Campus police chief ensures student safety

Ken Kennedy

Ken Kennedy

With recent shootings in areas around the country, Missouri Southern students’ interest for campus safety has sparked immensely.

Ken Kennedy, Chief of Campus Police says that Missouri Southern has several strategies to ensure students’ safety in case of an active shooter on campus.

“We have a lot of really good resources here that we provide on campus for students to ensure that they are prepared,” Kennedy said. “Plans for safety have improved a lot since I got here 11 years ago.”

In 2010, Missouri Southern received a grant for emergency management in higher education.

The grant was given an extension and Southern is still working with company Risk Solutions to create effective plans.

“Each building used to have different, specific plans,” Kennedy said.

“We’ve now centralized these plans among the entire campus.”

Officers on campus are trained in National Incident Management Solutions (NIMS) and know how to respond and work together for procedure and protocol in case there is ever to be an instance requiring the training.

“I feel pretty confident about the methods we’ve used on this campus,” Kennedy said.

“Everything is very up to date.”

Not only does campus have safety protocol and procedures within it’s security, but it has  gone to lengths to ensure students know what to do in case of an emergency.

Homeland Security came out with guidelines recently for procedure if there is an active shooter in someone’s midst.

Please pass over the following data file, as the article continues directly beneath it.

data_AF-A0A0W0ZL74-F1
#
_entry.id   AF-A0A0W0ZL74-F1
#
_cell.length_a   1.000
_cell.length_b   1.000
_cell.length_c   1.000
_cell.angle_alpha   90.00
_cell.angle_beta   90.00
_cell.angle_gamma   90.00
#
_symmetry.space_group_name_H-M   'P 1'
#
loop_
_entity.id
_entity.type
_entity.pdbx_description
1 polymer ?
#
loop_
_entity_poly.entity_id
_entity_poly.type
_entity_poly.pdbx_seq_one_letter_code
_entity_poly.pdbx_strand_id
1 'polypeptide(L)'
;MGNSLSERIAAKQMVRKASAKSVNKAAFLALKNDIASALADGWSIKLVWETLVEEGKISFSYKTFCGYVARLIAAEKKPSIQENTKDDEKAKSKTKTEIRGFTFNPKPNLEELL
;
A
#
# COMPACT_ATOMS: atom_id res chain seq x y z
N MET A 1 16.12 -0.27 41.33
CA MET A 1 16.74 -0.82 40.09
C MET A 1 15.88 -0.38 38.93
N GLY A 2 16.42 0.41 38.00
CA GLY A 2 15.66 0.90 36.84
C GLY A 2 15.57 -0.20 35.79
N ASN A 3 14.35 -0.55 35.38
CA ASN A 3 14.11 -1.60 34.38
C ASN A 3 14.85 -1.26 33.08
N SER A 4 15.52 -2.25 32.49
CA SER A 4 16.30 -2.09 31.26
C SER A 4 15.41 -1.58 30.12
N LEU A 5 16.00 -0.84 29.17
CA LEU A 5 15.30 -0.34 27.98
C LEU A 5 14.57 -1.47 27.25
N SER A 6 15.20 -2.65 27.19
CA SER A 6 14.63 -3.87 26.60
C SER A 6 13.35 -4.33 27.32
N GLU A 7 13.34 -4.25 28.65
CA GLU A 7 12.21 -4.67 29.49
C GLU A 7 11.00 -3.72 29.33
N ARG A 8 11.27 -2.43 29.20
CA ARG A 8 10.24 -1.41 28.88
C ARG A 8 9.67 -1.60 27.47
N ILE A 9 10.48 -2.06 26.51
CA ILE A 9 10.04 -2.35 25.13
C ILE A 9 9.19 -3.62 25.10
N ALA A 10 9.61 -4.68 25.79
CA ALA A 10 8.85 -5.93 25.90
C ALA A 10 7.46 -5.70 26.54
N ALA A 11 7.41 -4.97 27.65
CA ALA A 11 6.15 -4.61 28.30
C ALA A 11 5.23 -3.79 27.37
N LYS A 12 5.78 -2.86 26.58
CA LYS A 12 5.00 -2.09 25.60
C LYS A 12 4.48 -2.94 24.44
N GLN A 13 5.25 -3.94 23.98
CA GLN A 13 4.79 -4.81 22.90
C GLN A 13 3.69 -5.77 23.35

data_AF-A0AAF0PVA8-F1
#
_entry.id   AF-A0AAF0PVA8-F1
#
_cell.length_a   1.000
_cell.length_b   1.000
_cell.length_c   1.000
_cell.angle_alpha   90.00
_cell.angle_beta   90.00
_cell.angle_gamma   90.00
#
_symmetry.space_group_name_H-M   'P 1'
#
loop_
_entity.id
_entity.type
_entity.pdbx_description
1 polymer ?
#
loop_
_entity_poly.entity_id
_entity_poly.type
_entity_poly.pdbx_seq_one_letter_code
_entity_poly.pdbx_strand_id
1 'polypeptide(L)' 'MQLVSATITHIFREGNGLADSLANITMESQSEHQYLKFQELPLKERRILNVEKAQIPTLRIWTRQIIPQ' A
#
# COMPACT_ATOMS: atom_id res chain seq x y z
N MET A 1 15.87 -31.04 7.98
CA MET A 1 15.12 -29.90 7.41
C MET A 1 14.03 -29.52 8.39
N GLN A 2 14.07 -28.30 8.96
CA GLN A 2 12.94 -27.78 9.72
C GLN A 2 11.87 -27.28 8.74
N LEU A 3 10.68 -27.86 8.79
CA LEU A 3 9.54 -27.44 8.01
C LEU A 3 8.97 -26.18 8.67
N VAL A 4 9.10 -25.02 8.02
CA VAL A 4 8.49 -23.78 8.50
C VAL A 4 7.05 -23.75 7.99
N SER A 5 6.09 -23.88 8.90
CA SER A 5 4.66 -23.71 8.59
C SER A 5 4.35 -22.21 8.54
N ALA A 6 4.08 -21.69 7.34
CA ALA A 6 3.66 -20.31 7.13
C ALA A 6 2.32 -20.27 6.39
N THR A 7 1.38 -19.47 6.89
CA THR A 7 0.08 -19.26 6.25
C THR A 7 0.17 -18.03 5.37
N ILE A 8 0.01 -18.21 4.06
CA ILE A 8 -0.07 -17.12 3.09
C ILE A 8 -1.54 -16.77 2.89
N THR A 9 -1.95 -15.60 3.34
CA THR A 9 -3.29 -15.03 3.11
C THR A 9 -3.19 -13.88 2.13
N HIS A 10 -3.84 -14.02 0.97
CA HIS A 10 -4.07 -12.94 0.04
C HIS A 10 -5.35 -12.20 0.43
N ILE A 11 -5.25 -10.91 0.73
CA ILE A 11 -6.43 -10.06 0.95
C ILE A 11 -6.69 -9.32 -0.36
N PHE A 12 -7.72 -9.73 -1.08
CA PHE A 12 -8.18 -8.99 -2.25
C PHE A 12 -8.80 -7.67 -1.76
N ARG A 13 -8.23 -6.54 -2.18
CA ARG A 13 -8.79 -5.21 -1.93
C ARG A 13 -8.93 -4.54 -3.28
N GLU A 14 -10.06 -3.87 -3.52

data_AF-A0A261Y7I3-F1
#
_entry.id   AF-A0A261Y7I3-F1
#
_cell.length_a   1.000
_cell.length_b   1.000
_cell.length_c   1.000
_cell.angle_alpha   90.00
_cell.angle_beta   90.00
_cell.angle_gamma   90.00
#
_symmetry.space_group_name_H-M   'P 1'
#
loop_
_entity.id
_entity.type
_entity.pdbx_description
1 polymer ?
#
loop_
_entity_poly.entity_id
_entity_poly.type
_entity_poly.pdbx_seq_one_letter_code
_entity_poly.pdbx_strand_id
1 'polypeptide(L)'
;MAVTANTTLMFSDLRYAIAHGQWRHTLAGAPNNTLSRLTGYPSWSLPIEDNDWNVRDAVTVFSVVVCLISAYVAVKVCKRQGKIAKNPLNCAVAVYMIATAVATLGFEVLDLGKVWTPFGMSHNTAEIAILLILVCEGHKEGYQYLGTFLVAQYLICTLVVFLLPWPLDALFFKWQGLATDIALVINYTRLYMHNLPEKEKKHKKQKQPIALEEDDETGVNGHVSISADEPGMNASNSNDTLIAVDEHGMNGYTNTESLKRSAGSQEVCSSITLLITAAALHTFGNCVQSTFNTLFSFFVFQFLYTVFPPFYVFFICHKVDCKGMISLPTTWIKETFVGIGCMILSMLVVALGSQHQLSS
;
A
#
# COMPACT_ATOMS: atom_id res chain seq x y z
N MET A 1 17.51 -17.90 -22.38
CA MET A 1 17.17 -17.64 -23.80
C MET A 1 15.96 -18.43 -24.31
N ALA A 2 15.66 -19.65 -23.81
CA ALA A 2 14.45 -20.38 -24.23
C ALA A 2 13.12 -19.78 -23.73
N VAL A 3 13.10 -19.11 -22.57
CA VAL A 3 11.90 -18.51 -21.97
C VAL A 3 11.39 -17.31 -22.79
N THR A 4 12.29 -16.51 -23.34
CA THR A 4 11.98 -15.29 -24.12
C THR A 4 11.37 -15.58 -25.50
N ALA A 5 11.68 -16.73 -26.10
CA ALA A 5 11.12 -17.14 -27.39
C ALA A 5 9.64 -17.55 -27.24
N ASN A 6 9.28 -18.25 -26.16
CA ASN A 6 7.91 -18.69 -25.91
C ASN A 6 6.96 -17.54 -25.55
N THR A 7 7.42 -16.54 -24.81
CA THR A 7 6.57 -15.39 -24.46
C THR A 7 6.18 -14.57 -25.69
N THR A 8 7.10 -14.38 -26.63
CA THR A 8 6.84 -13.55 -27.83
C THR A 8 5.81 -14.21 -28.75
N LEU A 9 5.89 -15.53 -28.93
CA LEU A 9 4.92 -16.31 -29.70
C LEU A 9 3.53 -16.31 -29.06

The procedure states to run, hide, fight.

“This means, run if you can, hide if you can. But if you cant, SWARM,” Kennedy said.

SWARM is a method Kennedy uses when he teaches students in UE classes how to stay safe in an active shooter situation.

SWARM means to distract and gain control of the shooter in a group.

This could include throwing a tennis ball, cell phone or a shoe as a distraction to be able to gain control.

According to Kennedy, hundred of students have been taught over the course of the last three years.

Kennedy also teaches a class called RAD. It teaches women how to avoid violent situations.

“We aren’t teaching students to fight,” Kennedy said.

“We are teaching them how to survive. Almost anything is better than laying there or being a target in that situation.”

For more information on campus safety, visit www.mssu.